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Much the way Apple took the reins of advertising on iOS with iAd, Google has a plan to replace third-party advertiser-tracking cookies with a proprietary identifier called AdID.
New policy will prevent ad networks from tracking users' browser activity, a move one ad exec called a "nuclear first strike."
They aren't the only way advertisers and other companies track us, but third-party cookies are the most prevalent Web-tracking technology. Their benefit to users is questionable.
Sense's Mother home automation hub announces that it's opening its API at CES 2015.
The company is working a tracking technology that would extend to mobile devices and the Xbox, says AdAge. But will the cookie crumble away without a fight?
Before you sync your iCloud or reinstall your apps, you need to lock down your iPhone or iPad. Here are seven important tweaks (and more) you can set to bolster your privacy.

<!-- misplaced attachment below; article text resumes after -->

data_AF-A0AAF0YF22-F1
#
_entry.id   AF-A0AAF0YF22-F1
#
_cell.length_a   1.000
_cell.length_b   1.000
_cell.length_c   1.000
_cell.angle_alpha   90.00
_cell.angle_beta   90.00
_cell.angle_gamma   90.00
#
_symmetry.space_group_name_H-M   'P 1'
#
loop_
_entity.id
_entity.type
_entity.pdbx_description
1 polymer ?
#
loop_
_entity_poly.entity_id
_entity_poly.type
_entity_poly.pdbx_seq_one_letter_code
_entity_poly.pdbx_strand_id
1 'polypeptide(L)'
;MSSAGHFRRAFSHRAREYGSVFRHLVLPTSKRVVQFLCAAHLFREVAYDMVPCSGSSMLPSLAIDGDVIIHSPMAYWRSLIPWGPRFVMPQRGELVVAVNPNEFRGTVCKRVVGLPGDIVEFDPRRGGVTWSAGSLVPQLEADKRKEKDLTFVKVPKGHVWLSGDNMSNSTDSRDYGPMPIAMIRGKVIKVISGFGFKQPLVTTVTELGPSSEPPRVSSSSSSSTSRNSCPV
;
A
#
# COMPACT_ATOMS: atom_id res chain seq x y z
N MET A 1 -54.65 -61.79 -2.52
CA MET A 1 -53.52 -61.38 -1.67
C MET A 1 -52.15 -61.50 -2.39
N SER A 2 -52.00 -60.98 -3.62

Interactive Advertising Bureau CEO Randall Rothenberg calls the effort to determine which cookies should be blocked or allowed a "Kangaroo Cookie Court" that will hurt small Internet publishers.
AVG PrivacyFix, Bitdefender TrafficLight, and the Electronic Frontier Foundation's Privacy Badger identify and block ad networks and other entities that track your Web activities.
A future release of the browser blocks third-party cookies by default on desktops, ignoring advertiser complaints, while both desktops and Android Firefox get several under-the-hood improvements.
The Interactive Advertising Bureau blasted plans for Firefox to block third-party cookies by default, a move designed to better reflect user privacy concerns.